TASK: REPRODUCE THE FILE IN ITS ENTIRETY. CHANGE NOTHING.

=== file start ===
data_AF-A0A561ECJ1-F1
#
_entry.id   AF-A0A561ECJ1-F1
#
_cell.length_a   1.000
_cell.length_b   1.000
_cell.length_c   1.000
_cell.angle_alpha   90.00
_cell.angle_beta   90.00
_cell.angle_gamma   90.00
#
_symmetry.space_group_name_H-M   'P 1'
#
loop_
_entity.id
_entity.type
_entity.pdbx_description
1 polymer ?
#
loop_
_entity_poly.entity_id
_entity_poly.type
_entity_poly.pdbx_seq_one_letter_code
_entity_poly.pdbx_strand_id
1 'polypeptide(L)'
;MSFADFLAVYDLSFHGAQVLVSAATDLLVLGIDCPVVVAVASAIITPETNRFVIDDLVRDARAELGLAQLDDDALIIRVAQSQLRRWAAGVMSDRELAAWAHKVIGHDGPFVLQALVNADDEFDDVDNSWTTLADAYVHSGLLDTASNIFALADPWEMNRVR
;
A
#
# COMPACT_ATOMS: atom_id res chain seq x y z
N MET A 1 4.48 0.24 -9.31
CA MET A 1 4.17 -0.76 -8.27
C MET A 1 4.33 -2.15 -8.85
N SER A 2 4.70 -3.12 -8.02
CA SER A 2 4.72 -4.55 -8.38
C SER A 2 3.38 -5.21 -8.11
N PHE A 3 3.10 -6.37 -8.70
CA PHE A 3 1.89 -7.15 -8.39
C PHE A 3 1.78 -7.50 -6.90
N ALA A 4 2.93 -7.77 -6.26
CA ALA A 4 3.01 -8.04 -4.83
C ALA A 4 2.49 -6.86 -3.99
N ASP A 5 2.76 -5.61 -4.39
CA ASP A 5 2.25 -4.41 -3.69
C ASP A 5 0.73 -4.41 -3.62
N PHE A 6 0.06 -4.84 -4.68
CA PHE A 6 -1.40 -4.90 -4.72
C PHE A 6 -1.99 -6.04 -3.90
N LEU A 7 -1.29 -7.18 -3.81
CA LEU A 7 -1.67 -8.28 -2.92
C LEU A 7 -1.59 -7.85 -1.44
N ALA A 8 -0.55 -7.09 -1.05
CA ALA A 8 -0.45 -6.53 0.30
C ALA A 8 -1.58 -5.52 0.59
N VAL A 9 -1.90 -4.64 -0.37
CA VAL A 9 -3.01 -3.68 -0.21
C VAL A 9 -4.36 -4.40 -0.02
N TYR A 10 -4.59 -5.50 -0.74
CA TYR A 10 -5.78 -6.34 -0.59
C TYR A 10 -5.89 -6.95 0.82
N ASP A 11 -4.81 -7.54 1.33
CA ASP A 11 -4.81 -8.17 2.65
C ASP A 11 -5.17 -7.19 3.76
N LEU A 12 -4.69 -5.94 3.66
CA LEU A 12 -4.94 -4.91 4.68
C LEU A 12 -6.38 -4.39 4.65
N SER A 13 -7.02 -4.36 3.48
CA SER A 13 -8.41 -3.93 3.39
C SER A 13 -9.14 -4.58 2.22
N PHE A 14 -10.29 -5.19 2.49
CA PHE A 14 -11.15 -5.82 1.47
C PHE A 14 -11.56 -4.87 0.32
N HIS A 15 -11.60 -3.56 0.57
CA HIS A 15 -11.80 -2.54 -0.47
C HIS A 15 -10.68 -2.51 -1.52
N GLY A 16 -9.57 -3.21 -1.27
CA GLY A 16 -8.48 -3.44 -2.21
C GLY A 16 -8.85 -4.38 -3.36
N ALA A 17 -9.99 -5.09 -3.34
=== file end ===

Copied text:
data_AF-A0A561ECJ1-F1
#
_entry.id   AF-A0A561ECJ1-F1
#
_cell.length_a   1.000
_cell.length_b   1.000
_cell.length_c   1.000
_cell.angle_alpha   90.00
_cell.angle_beta   90.00
_cell.angle_gamma   90.00
#
_symmetry.space_group_name_H-M   'P 1'
#
loop_
_entity.id
_entity.type
_entity.pdbx_description
1 polymer ?
#
loop_
_entity_poly.entity_id
_entity_poly.type
_entity_poly.pdbx_seq_one_letter_code
_entity_poly.pdbx_strand_id
1 'polypeptide(L)'
;MSFADFLAVYDLSFHGAQVLVSAATDLLVLGIDCPVVVAVASAIITPETNRFVIDDLVRDARAELGLAQLDDDALIIRVAQSQLRRWAAGVMSDRELAAWAHKVIGHDGPFVLQALVNADDEFDDVDNSWTTLADAYVHSGLLDTASNIFALADPWEMNRVR
;
A
#
# COMPACT_ATOMS: atom_id res chain seq x y z
N MET A 1 4.48 0.24 -9.31
CA MET A 1 4.17 -0.76 -8.27
C MET A 1 4.33 -2.15 -8.85
N SER A 2 4.70 -3.12 -8.02
CA SER A 2 4.72 -4.55 -8.38
C SER A 2 3.38 -5.21 -8.11
N PHE A 3 3.10 -6.37 -8.70
CA PHE A 3 1.89 -7.15 -8.39
C PHE A 3 1.78 -7.50 -6.90
N ALA A 4 2.93 -7.77 -6.26
CA ALA A 4 3.01 -8.04 -4.83
C ALA A 4 2.49 -6.86 -3.99
N ASP A 5 2.76 -5.61 -4.39
CA ASP A 5 2.25 -4.41 -3.69
C ASP A 5 0.73 -4.41 -3.62
N PHE A 6 0.06 -4.84 -4.68
CA PHE A 6 -1.40 -4.90 -4.72
C PHE A 6 -1.99 -6.04 -3.90
N LEU A 7 -1.29 -7.18 -3.81
CA LEU A 7 -1.67 -8.28 -2.92
C LEU A 7 -1.59 -7.85 -1.44
N ALA A 8 -0.55 -7.09 -1.05
CA ALA A 8 -0.45 -6.53 0.30
C ALA A 8 -1.58 -5.52 0.59
N VAL A 9 -1.90 -4.64 -0.37
CA VAL A 9 -3.01 -3.68 -0.21
C VAL A 9 -4.36 -4.40 -0.02
N TYR A 10 -4.59 -5.50 -0.74
CA TYR A 10 -5.78 -6.34 -0.59
C TYR A 10 -5.89 -6.95 0.82
N ASP A 11 -4.81 -7.54 1.33
CA ASP A 11 -4.81 -8.17 2.65
C ASP A 11 -5.17 -7.19 3.76
N LEU A 12 -4.69 -5.94 3.66
CA LEU A 12 -4.94 -4.91 4.68
C LEU A 12 -6.38 -4.39 4.65
N SER A 13 -7.02 -4.36 3.48
CA SER A 13 -8.41 -3.93 3.39
C SER A 13 -9.14 -4.58 2.22
N PHE A 14 -10.29 -5.19 2.49
CA PHE A 14 -11.15 -5.82 1.47
C PHE A 14 -11.56 -4.87 0.32
N HIS A 15 -11.60 -3.56 0.57
CA HIS A 15 -11.80 -2.54 -0.47
C HIS A 15 -10.68 -2.51 -1.52
N GLY A 16 -9.57 -3.21 -1.27
CA GLY A 16 -8.48 -3.44 -2.21
C GLY A 16 -8.85 -4.38 -3.36
N ALA A 17 -9.99 -5.09 -3.34